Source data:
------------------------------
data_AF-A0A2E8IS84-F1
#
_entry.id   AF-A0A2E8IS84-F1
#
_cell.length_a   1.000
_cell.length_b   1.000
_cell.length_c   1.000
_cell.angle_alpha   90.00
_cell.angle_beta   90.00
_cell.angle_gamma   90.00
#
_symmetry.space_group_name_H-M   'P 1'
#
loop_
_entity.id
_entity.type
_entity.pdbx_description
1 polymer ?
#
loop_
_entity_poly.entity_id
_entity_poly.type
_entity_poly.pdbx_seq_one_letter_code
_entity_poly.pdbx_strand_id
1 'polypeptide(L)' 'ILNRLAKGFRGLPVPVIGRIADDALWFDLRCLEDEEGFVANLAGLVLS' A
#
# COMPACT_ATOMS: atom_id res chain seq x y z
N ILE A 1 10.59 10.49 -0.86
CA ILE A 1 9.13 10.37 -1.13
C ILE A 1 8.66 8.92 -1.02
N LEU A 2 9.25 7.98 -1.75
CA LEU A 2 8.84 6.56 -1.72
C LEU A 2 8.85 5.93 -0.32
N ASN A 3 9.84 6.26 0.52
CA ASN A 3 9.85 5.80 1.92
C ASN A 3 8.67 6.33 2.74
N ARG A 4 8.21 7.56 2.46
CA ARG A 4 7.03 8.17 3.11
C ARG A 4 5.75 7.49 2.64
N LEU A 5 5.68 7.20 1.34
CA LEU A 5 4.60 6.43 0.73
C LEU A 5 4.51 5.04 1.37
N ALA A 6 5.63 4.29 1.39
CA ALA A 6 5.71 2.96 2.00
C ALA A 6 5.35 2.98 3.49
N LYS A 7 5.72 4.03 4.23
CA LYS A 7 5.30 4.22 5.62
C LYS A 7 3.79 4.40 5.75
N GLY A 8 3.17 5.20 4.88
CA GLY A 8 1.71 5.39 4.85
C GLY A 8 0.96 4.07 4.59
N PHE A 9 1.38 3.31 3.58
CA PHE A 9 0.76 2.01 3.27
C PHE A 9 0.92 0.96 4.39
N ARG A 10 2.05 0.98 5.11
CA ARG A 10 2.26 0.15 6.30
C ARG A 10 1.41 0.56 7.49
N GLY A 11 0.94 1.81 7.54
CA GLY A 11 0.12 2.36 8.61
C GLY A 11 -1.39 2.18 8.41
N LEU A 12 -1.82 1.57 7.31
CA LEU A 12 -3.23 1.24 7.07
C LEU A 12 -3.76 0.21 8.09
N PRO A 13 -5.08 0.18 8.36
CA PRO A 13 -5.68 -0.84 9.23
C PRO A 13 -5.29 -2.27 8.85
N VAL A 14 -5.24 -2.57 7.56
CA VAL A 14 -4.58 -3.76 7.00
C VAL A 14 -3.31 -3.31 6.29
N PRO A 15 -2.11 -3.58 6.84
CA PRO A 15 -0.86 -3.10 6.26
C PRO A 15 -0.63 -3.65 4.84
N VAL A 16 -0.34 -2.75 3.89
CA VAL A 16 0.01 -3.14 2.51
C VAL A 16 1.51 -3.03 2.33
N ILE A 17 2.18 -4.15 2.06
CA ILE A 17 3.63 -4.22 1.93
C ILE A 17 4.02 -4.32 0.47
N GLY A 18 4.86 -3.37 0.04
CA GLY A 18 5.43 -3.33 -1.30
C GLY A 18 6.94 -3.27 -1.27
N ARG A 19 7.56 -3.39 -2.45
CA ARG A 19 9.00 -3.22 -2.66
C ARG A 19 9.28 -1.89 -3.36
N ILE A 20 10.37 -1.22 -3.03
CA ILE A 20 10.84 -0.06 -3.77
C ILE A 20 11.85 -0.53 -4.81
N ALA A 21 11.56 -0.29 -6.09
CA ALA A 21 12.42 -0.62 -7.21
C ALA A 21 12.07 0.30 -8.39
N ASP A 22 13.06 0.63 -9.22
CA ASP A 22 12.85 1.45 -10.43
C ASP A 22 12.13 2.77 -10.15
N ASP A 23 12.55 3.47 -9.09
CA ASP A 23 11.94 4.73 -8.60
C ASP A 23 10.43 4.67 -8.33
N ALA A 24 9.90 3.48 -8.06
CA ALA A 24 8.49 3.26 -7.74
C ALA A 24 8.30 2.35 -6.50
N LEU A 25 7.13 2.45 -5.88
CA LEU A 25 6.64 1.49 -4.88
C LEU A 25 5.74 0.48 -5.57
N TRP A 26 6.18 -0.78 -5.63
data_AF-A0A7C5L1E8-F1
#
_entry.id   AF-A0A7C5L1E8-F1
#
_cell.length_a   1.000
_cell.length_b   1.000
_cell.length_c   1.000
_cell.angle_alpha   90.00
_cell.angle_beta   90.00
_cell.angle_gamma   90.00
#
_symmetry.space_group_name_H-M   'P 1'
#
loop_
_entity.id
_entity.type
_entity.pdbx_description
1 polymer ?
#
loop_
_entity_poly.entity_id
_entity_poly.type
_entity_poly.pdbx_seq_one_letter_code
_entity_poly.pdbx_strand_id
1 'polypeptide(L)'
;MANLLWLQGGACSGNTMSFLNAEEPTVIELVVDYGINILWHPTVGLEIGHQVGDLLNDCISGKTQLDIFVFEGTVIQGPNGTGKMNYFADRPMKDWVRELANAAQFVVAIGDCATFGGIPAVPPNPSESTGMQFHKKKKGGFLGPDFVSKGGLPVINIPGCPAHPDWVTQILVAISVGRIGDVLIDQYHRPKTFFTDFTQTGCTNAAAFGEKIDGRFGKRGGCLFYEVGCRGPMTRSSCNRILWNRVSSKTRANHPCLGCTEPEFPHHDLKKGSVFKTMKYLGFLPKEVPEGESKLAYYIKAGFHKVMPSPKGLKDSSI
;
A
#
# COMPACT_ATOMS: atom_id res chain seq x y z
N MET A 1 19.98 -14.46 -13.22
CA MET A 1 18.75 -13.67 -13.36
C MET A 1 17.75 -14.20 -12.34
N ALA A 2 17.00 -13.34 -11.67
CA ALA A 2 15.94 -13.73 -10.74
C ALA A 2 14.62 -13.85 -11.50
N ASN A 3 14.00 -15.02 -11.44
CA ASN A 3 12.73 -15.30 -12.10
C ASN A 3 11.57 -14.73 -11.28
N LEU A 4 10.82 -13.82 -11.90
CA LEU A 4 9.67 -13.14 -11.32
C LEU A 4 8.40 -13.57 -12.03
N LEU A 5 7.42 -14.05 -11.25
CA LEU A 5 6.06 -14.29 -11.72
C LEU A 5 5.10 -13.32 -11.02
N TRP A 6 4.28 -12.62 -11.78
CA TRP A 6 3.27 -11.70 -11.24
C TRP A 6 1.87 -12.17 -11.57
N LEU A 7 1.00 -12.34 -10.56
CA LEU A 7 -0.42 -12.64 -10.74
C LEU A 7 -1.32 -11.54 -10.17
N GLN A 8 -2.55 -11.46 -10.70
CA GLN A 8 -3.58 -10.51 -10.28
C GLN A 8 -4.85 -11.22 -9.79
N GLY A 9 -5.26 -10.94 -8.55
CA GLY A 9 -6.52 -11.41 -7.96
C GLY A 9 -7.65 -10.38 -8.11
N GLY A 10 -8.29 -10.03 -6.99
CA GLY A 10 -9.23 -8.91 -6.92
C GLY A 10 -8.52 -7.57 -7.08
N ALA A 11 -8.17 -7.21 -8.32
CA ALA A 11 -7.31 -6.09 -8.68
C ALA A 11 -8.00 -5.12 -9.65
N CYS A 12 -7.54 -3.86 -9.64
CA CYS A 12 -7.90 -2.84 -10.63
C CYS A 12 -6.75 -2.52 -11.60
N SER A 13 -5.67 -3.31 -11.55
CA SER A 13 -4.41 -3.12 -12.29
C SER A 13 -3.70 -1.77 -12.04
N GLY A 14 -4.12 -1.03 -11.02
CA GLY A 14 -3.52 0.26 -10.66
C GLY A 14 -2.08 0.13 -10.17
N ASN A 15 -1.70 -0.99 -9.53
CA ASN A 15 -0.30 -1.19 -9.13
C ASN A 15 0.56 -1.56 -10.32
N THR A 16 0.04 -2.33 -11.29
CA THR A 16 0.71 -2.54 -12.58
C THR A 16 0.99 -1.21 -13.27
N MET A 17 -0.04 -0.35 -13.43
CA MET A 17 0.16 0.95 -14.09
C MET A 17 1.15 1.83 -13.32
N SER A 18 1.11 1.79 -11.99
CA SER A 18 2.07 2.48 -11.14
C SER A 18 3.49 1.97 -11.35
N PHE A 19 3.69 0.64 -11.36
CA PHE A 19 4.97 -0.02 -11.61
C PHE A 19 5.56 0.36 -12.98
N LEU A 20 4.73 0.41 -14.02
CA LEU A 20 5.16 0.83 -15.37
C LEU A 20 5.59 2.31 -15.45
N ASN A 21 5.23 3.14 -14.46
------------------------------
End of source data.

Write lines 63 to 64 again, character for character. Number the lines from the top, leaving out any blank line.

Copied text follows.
C LEU A 12 -3.76 0.21 8.09
N PRO A 13 -5.08 0.18 8.36